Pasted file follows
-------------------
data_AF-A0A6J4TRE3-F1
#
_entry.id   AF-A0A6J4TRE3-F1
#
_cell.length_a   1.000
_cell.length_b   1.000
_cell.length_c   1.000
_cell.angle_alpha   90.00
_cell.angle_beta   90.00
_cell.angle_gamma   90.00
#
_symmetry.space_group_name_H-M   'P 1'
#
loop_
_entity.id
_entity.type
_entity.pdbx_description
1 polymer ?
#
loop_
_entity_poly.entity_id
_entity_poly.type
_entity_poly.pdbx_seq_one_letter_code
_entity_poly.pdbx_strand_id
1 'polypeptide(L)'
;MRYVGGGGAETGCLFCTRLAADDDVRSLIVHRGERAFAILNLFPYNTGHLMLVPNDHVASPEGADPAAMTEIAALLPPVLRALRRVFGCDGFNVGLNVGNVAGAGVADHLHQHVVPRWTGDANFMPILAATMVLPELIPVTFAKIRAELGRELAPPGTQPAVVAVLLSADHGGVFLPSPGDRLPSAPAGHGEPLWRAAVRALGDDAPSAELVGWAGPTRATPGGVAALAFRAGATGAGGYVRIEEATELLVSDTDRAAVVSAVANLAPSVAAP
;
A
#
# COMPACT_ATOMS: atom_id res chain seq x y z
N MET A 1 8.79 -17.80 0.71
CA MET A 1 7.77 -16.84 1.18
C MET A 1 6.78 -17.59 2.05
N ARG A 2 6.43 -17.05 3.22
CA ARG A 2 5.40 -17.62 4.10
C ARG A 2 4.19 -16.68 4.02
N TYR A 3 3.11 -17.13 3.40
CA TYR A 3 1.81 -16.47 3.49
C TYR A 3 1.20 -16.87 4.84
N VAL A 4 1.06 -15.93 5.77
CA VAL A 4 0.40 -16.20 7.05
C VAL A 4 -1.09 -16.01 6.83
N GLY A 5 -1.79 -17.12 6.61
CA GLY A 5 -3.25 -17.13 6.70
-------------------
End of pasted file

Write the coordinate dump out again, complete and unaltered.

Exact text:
data_AF-A0A6J4TRE3-F1
#
_entry.id   AF-A0A6J4TRE3-F1
#
_cell.length_a   1.000
_cell.length_b   1.000
_cell.length_c   1.000
_cell.angle_alpha   90.00
_cell.angle_beta   90.00
_cell.angle_gamma   90.00
#
_symmetry.space_group_name_H-M   'P 1'
#
loop_
_entity.id
_entity.type
_entity.pdbx_description
1 polymer ?
#
loop_
_entity_poly.entity_id
_entity_poly.type
_entity_poly.pdbx_seq_one_letter_code
_entity_poly.pdbx_strand_id
1 'polypeptide(L)'
;MRYVGGGGAETGCLFCTRLAADDDVRSLIVHRGERAFAILNLFPYNTGHLMLVPNDHVASPEGADPAAMTEIAALLPPVLRALRRVFGCDGFNVGLNVGNVAGAGVADHLHQHVVPRWTGDANFMPILAATMVLPELIPVTFAKIRAELGRELAPPGTQPAVVAVLLSADHGGVFLPSPGDRLPSAPAGHGEPLWRAAVRALGDDAPSAELVGWAGPTRATPGGVAALAFRAGATGAGGYVRIEEATELLVSDTDRAAVVSAVANLAPSVAAP
;
A
#
# COMPACT_ATOMS: atom_id res chain seq x y z
N MET A 1 8.79 -17.80 0.71
CA MET A 1 7.77 -16.84 1.18
C MET A 1 6.78 -17.59 2.05
N ARG A 2 6.43 -17.05 3.22
CA ARG A 2 5.40 -17.62 4.10
C ARG A 2 4.19 -16.68 4.02
N TYR A 3 3.11 -17.13 3.40
CA TYR A 3 1.81 -16.47 3.49
C TYR A 3 1.20 -16.87 4.84
N VAL A 4 1.06 -15.93 5.77
CA VAL A 4 0.40 -16.20 7.05
C VAL A 4 -1.09 -16.01 6.83
N GLY A 5 -1.79 -17.12 6.61
CA GLY A 5 -3.25 -17.13 6.70